An OD looks back 30 years of running a practice and recommends developing CEO skills.
Having gone through the highs and lows of running a practice, an optometrist reveals what she would tell her younger self: To be more intentional about working “on” the practice instead of working “in” the practice.
I am intrigued by the articles floating around the internet. One that always makes me pause is related to a theme about what you would tell your younger self. Often, it involves advice about smelling the roses, not sweating the small stuff, traveling more, or advice about life being short and to spend more time with the people you love.
This year will mark 30 years since my optometrist husband and I opened our office in a 500-square-foot space in the basement of the community hospital in our rural part of America. We have since grown to two locations, each occupying a space 8 times that of where we originally started.
We took out loans. We paid them off. We built new offices. We hired more staff and doctors. We took out more loans. We had sleepless nights and worrying over different aspects of the business.
As I look back at those years, I cannot help but pause and wonder what I would tell my younger self as it relates to business. I would say to myself to be more intentional about working “on” the practice instead of “in” the practice.
As doctors, we often believe we must spend all of our time seeing patients. Yes, we know we should delegate, but no one else can see patients, so we must be the ones to generate that income to offset the daily expenses of running a practice.
Several years ago, I started taking time from patient care and began thinking more strategically about running the business. In a sense, I spent time developing my CEO skills.
A while ago, I read the book The CEO Next Door.1 In it, the authors describe how they used predictive software, similar to that used by the Internal Revenue Service (IRS) for predicting if someone will cheat on their taxes. They looked at 17,000 data sets to determine the 4 most common behaviors of successful CEOs:
– Adapting to change
– Engaging for impact
They found being decisive as one of the top traits. Some 94 percent of leaders who rated poorly on decisive competency made decisions too slowly rather than too quickly.2 The desire to get it right often prevented them from making any decision at all.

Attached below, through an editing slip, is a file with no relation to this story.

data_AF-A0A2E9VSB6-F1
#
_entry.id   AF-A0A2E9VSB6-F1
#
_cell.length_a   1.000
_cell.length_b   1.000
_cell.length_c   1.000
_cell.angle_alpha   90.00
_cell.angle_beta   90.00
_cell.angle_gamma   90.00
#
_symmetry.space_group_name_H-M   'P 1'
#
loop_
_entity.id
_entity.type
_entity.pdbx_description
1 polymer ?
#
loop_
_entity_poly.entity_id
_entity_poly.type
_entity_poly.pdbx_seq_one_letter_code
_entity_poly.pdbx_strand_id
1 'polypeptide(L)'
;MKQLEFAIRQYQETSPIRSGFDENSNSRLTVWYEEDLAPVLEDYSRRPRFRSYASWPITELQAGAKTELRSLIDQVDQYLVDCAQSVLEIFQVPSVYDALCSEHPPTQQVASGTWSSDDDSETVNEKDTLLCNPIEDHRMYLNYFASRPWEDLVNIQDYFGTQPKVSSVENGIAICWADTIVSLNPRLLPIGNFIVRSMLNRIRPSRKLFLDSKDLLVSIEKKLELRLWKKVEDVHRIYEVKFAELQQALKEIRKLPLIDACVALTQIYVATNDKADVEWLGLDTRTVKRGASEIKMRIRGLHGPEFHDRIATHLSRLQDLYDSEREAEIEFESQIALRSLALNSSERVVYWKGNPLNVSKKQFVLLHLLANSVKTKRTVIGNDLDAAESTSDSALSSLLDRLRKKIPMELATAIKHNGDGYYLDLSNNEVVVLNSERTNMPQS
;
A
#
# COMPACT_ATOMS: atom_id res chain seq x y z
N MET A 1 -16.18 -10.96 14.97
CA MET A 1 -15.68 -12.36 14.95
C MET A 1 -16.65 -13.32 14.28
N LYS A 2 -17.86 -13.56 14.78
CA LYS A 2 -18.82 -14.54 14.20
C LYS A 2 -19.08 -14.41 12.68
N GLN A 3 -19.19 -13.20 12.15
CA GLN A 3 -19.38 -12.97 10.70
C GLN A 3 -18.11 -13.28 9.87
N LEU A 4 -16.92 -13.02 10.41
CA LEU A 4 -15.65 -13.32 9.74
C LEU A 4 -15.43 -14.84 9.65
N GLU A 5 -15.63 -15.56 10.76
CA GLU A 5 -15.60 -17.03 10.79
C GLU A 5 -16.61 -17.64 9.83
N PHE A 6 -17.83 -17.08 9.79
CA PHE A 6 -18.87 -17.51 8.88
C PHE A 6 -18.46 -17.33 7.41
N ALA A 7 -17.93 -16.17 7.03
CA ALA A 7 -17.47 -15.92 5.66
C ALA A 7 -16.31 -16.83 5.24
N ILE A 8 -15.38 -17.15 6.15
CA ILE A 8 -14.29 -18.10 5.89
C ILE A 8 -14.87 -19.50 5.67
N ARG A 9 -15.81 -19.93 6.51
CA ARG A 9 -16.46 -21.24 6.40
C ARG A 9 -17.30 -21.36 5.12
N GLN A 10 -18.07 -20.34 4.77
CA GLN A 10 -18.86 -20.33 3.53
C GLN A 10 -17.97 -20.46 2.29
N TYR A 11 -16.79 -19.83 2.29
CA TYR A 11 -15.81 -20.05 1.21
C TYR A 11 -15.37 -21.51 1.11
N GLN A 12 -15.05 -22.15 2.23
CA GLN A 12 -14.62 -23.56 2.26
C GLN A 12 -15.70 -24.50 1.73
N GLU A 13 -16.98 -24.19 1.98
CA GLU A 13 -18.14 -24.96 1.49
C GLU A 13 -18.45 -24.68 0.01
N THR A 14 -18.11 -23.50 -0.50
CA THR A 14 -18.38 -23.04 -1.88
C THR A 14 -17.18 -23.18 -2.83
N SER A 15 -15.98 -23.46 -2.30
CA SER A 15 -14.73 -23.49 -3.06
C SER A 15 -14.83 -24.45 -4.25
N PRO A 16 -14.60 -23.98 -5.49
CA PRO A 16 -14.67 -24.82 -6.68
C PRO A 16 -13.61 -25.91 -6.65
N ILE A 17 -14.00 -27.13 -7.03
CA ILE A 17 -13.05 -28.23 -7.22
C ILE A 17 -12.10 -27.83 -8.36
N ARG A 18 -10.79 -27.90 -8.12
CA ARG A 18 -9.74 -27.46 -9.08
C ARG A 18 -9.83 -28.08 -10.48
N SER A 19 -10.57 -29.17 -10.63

As I read this book, I could think of many colleagues who are paralyzed by perfection. On a personal level, I recently fired an employee who should have been gone long ago. About 30 minutes after I escorted the former staffer out, an employee of 27 years sent me a text with a quote: “Nothing will kill a great employee faster than watching you tolerate a bad one.”
Another behavior identified was being intentional about reasoning for decisions and engaging for impact. In Simon Sinek’s book, Start With Why,3 being able to articulate why you do something, rather than what or how, inspires both employees and customers. Conflict is inevitable, but the more you communicate the reasoning behind decisions, the easier it will be to not only embrace conflict but create loyalty among employees and customers.
The last two behaviors were being consistent in actions and decisions and having the ability to embrace change. Change is inevitable. We are all held captive by our habits. Identify those that hold you back, pick the easiest to change, and let go.
I’m a huge fan of John Maxwell’s writings. In his book, Developing the Leader Within You 2.04, he writes that all leaders should have a vision. As ODs in the year 2020, it may sound cliché to talk about vision, but I think practices with a vision and mission statement have a clear direction for their businesses. They are the direction that acts as a guiding star for all ODs do in their offices.
If you have not created one for your business, it is easy enough to search the internet for advice to create one. I advise creating one with your team’s input. People will support that which they create.
Vision applies to yourself as well. While ODs might have a vision and mission statement for our businesses, few have one for themselves. Creating your personal vision and mission statements can be a rewarding exercise that allows you to grow as a leader in all aspects of your life.
As part of my master’s program, I had to do such an activity. The process made me pause and think of what was important to me.
So, what would I tell my younger business owner self? I would ask her to take the time to develop her CEO skills. I found that even as little as 2 hours a week spent working “on” the business helped me get more organized, be more efficient, and reduce the stress of running the business. It is about working smarter, not harder.
1. Botelho E, Powell K. The CEO Next Door. London, England: Virgin Books, 2018.
2. CEO Genome. Available at: http://ceogenome.com/about/. Accessed 6/1/20.
3. Sinek S. Start With Why. New York, NY: Penguin Group, 2009.
4. Maxwell JC. Developing the Leader Within You 2.0. Nashville: HarperCollins, 2018.